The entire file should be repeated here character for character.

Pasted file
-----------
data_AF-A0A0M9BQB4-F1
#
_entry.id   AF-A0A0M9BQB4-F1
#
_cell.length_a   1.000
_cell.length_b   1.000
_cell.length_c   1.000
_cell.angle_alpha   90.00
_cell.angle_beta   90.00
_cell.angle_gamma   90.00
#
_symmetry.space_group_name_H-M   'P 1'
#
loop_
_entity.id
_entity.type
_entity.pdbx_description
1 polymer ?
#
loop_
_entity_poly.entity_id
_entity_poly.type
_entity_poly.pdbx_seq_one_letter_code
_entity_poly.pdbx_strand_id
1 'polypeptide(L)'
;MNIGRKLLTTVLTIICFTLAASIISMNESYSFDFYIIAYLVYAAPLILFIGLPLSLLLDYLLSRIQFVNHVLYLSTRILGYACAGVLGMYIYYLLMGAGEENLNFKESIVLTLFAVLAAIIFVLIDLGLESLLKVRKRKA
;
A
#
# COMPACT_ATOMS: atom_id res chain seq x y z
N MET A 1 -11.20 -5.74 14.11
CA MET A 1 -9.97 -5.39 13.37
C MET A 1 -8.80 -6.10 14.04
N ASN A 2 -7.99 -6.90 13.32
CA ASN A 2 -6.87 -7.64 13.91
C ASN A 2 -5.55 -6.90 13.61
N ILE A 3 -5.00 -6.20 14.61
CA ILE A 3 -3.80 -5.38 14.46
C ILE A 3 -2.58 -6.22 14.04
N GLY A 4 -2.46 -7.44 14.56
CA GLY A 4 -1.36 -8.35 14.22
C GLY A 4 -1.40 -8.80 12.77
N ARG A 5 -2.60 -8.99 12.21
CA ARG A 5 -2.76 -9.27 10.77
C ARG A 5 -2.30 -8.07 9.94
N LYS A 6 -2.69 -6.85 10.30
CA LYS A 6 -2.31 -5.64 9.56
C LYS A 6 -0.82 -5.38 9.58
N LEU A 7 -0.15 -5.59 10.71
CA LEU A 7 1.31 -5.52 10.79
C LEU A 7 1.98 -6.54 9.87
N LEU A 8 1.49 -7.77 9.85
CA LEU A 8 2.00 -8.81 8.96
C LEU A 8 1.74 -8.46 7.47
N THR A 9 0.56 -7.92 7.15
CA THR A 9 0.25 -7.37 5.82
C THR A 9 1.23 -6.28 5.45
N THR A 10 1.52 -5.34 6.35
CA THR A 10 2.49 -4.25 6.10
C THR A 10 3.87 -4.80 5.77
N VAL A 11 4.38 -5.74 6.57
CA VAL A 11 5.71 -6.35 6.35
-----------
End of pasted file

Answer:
data_AF-A0A0M9BQB4-F1
#
_entry.id   AF-A0A0M9BQB4-F1
#
_cell.length_a   1.000
_cell.length_b   1.000
_cell.length_c   1.000
_cell.angle_alpha   90.00
_cell.angle_beta   90.00
_cell.angle_gamma   90.00
#
_symmetry.space_group_name_H-M   'P 1'
#
loop_
_entity.id
_entity.type
_entity.pdbx_description
1 polymer ?
#
loop_
_entity_poly.entity_id
_entity_poly.type
_entity_poly.pdbx_seq_one_letter_code
_entity_poly.pdbx_strand_id
1 'polypeptide(L)'
;MNIGRKLLTTVLTIICFTLAASIISMNESYSFDFYIIAYLVYAAPLILFIGLPLSLLLDYLLSRIQFVNHVLYLSTRILGYACAGVLGMYIYYLLMGAGEENLNFKESIVLTLFAVLAAIIFVLIDLGLESLLKVRKRKA
;
A
#
# COMPACT_ATOMS: atom_id res chain seq x y z
N MET A 1 -11.20 -5.74 14.11
CA MET A 1 -9.97 -5.39 13.37
C MET A 1 -8.80 -6.10 14.04
N ASN A 2 -7.99 -6.90 13.32
CA ASN A 2 -6.87 -7.64 13.91
C ASN A 2 -5.55 -6.90 13.61
N ILE A 3 -5.00 -6.20 14.61
CA ILE A 3 -3.80 -5.38 14.46
C ILE A 3 -2.58 -6.22 14.04
N GLY A 4 -2.46 -7.44 14.56
CA GLY A 4 -1.36 -8.35 14.22
C GLY A 4 -1.40 -8.80 12.77
N ARG A 5 -2.60 -8.99 12.21
CA ARG A 5 -2.76 -9.27 10.77
C ARG A 5 -2.30 -8.07 9.94
N LYS A 6 -2.69 -6.85 10.30
CA LYS A 6 -2.31 -5.64 9.56
C LYS A 6 -0.82 -5.38 9.58
N LEU A 7 -0.15 -5.59 10.71
CA LEU A 7 1.31 -5.52 10.79
C LEU A 7 1.98 -6.54 9.87
N LEU A 8 1.49 -7.77 9.85
CA LEU A 8 2.00 -8.81 8.96
C LEU A 8 1.74 -8.46 7.47
N THR A 9 0.56 -7.92 7.15
CA THR A 9 0.25 -7.37 5.82
C THR A 9 1.23 -6.28 5.45
N THR A 10 1.52 -5.34 6.35
CA THR A 10 2.49 -4.25 6.10
C THR A 10 3.87 -4.80 5.77
N VAL A 11 4.38 -5.74 6.57
CA VAL A 11 5.71 -6.35 6.35